The Boston Fed tower has stood guard on the edge of Boston’s Financial District for five decades, a fortress of finance looming over the commuters who race in and out of South Station.
Many people view the Federal Reserve in much the same way: impenetrable. But Boston Fed president and chief executive Eric Rosengren is doing what he can to break down the walls and throw open the doors.
The newest example: a Monday conference that drew panelists and audience members from the community to discuss the region’s economy. It was the latest stage in a nationwide series dubbed “Fed Listens” and reflects a broader effort by Rosengren and his colleagues in other parts of the Federal Reserve system to strip away the mystery of the once-enigmatic deliberations at the central bank.
Rosengren and the other members of the Federal Open Market Committee face a tough balancing act with their decisions on short-term interest rates: They need to be high enough to keep inflation in check, but low enough to sustain strong private-sector hiring.
To inform their decisions, the various committee members don’t just sit high in their towers, scanning spreadsheets and stock charts. They also draw from their researchers who reach out to business sources on a regular basis, to compile the “Beige Book” reports on regional economic conditions, and they turn to private sector advisers on Fed-affiliated councils and boards.
It’s a two-way street. The Fed also wants to be clear to the public about how it makes interest-rate decisions — the process that drives the cost of so many credit cards, auto loans, and home equity lines. Toward that end, current Fed chairman Jerome Powell has decided to hold press conferences after all eight open market committee meetings this year, instead of just quarterly, as had been the tradition since former Fed chief Ben Bernanke started the practice in 2011.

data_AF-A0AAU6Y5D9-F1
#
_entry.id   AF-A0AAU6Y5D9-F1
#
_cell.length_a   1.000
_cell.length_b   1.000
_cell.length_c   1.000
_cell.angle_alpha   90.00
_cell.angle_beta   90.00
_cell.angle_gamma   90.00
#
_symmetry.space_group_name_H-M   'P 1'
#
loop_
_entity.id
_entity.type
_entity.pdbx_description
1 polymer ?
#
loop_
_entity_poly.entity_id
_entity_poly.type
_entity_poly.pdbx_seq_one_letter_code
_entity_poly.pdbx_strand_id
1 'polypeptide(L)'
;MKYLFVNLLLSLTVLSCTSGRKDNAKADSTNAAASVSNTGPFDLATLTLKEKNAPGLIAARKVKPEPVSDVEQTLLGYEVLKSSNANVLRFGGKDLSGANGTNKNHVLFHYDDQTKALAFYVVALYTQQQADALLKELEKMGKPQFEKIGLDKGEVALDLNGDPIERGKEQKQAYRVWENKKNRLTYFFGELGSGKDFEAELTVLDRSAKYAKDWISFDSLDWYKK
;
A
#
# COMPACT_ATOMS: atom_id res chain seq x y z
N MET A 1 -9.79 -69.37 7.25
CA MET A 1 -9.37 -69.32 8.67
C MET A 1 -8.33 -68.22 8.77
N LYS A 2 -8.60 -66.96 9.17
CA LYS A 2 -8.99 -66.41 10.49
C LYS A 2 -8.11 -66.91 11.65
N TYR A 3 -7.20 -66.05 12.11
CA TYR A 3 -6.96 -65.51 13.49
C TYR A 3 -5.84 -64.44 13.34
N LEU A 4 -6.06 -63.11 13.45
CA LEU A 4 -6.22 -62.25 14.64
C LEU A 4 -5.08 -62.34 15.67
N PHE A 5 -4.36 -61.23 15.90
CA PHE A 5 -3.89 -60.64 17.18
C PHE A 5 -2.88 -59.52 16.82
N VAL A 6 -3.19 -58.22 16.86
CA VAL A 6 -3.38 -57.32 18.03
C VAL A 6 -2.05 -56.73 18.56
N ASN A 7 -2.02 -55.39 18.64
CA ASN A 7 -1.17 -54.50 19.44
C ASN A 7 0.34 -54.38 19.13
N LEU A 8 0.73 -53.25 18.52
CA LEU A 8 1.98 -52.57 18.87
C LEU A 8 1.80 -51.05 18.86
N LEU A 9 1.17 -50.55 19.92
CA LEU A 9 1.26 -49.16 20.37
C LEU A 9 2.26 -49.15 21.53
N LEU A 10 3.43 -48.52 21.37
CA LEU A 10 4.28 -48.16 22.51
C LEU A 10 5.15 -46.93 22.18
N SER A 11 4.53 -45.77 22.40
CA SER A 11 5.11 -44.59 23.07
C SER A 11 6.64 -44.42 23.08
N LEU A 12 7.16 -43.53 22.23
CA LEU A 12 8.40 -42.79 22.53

The “Fed Listens” events are another way of shedding light. One theme that emerged during a panel of business leaders at the conference Monday: even hot economies have their downsides.
Joanne Chang, owner of the Flour cafe chain, talked about how tough it is to find employees. She is now hiring bakers without any prior experience to keep up with demand, and raising wages to recruit and retain people. Peter Forman, chief executive of the South Shore Chamber of Commerce, said many service workers are driving to his region from Rhode Island, in part because of the high cost of housing. And AccuRounds chief executive Mike Tamasi said it’s tougher than ever to fill positions on the 75-person workforce that keeps his Avon precision manufacturing plant humming.
Rosengren took it all in, like a good economist would. Yes, he acknowledged later, the labor market is supertight in Boston. But wage growth nationwide has not been as speedy as he might have expected, given the low unemployment.The annual inflation rate seems to be stuck at or below the Fed’s 2 percent target. Rosengren, like his open market committee peers, remains inclined to stand firm, keeping the federal funds rate steady for now at a relatively low 2.4 percent.
Not everyone agrees. Most notably, President Trump has tried to pressure Powell and the rest of the Fed committee to send rates downward again. Trump tried to appoint two of his allies to the Fed board: Herman Cain and Stephen Moore. The widespread fear that Trump could politicize the Fed subsided after both candidacies imploded, largely for personal reasons, but it has not gone away.
Like Powell, Rosengren argues that the Fed’s independence is critical to its effectiveness. Central banks that lack such autonomy in other countries, Rosengren says, tend to get worse outcomes.
The Fed’s executives are not elected officials. But Rosengren recognizes that they need to be answerable to the public.
Perhaps ensuring this work occurs in a more transparent fashion offers another benefit: building support for keeping politics out of it.